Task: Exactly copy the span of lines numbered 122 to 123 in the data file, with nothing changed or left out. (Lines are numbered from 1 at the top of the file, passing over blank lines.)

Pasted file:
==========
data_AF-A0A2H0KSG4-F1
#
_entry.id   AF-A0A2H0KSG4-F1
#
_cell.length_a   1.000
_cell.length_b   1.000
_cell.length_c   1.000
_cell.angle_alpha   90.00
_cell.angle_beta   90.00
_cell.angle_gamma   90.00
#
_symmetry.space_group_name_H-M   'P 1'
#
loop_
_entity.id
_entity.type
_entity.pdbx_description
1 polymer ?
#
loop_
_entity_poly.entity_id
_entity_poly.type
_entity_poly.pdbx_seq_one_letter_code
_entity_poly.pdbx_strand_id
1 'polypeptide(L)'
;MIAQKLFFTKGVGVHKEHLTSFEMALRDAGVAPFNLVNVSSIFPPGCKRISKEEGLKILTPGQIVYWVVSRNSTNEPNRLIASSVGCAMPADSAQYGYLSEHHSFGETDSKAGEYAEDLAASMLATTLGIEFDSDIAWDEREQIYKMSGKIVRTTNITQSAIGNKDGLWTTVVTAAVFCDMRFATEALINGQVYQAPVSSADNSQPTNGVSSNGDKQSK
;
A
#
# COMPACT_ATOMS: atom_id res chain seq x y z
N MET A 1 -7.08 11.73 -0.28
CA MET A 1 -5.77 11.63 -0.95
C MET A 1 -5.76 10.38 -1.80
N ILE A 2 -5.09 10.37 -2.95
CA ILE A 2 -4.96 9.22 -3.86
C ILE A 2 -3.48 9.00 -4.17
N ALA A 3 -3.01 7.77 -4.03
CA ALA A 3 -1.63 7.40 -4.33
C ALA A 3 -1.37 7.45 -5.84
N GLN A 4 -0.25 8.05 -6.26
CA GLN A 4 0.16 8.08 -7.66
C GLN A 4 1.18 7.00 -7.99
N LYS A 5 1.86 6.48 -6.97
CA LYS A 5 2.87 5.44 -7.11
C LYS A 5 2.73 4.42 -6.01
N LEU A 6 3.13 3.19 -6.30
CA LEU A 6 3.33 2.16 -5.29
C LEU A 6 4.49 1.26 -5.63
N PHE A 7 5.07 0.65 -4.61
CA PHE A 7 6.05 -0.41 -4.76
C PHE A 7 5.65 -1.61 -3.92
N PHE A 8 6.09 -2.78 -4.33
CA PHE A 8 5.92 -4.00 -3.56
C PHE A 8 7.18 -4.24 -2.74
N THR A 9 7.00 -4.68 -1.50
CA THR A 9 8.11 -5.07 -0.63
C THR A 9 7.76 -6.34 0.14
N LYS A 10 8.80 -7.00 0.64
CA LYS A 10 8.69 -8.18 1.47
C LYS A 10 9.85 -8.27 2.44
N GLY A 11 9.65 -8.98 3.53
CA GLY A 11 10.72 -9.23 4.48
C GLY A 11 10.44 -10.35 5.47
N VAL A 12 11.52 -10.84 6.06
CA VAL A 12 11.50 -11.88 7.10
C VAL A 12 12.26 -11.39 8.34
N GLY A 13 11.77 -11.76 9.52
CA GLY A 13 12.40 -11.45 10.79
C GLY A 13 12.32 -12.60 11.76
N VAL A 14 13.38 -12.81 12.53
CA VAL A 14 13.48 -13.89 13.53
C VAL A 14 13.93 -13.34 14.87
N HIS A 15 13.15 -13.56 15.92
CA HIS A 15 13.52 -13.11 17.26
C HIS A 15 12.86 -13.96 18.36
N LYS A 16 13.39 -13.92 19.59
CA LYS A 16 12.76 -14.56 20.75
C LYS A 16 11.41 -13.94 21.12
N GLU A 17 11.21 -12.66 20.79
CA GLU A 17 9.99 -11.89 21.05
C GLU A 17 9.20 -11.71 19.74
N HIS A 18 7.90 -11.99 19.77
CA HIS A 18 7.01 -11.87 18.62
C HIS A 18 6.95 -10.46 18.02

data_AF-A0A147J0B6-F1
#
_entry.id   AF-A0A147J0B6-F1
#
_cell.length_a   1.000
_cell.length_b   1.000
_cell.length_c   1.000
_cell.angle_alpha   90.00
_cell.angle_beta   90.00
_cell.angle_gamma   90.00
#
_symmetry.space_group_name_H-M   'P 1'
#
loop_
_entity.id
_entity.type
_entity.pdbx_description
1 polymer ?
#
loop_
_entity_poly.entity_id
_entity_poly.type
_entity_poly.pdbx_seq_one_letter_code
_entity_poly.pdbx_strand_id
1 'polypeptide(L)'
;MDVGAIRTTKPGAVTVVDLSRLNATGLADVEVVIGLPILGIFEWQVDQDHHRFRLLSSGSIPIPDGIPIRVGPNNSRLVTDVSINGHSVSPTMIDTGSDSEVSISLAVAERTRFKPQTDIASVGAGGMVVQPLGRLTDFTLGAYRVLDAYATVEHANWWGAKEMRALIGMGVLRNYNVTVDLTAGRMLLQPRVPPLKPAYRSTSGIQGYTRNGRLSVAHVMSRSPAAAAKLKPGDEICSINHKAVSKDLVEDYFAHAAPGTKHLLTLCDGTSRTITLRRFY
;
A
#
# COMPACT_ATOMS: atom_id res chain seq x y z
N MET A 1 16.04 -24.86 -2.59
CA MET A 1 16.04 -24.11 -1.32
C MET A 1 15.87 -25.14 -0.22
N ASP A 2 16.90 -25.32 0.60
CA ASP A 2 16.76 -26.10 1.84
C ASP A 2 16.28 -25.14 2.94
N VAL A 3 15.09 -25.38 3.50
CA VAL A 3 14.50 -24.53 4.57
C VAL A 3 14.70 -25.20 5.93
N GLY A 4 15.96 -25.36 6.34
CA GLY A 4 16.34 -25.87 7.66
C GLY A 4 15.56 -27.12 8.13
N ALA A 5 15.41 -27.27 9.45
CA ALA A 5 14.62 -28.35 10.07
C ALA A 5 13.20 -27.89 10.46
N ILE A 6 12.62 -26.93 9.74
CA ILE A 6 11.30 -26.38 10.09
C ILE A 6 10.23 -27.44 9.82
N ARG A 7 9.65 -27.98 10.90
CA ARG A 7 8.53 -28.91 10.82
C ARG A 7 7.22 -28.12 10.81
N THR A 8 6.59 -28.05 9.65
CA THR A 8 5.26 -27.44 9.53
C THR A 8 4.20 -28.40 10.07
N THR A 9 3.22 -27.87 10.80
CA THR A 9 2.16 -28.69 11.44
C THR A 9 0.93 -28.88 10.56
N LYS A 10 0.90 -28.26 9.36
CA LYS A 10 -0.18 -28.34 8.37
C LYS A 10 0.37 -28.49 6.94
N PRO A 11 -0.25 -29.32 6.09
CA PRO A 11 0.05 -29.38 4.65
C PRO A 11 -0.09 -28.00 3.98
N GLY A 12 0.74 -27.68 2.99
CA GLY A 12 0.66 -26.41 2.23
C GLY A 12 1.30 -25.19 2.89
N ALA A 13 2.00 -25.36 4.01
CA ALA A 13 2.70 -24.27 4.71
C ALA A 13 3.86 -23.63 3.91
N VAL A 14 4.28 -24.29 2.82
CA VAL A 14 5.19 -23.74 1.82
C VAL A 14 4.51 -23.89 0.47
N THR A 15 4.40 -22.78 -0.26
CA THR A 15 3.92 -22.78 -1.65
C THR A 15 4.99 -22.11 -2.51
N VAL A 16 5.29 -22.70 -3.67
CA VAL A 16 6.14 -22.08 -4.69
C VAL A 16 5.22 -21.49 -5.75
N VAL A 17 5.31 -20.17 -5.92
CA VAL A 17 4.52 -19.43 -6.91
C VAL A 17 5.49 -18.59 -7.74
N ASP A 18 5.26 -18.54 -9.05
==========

CA VAL A 3 14.50 -24.53 4.57
C VAL A 3 14.70 -25.20 5.93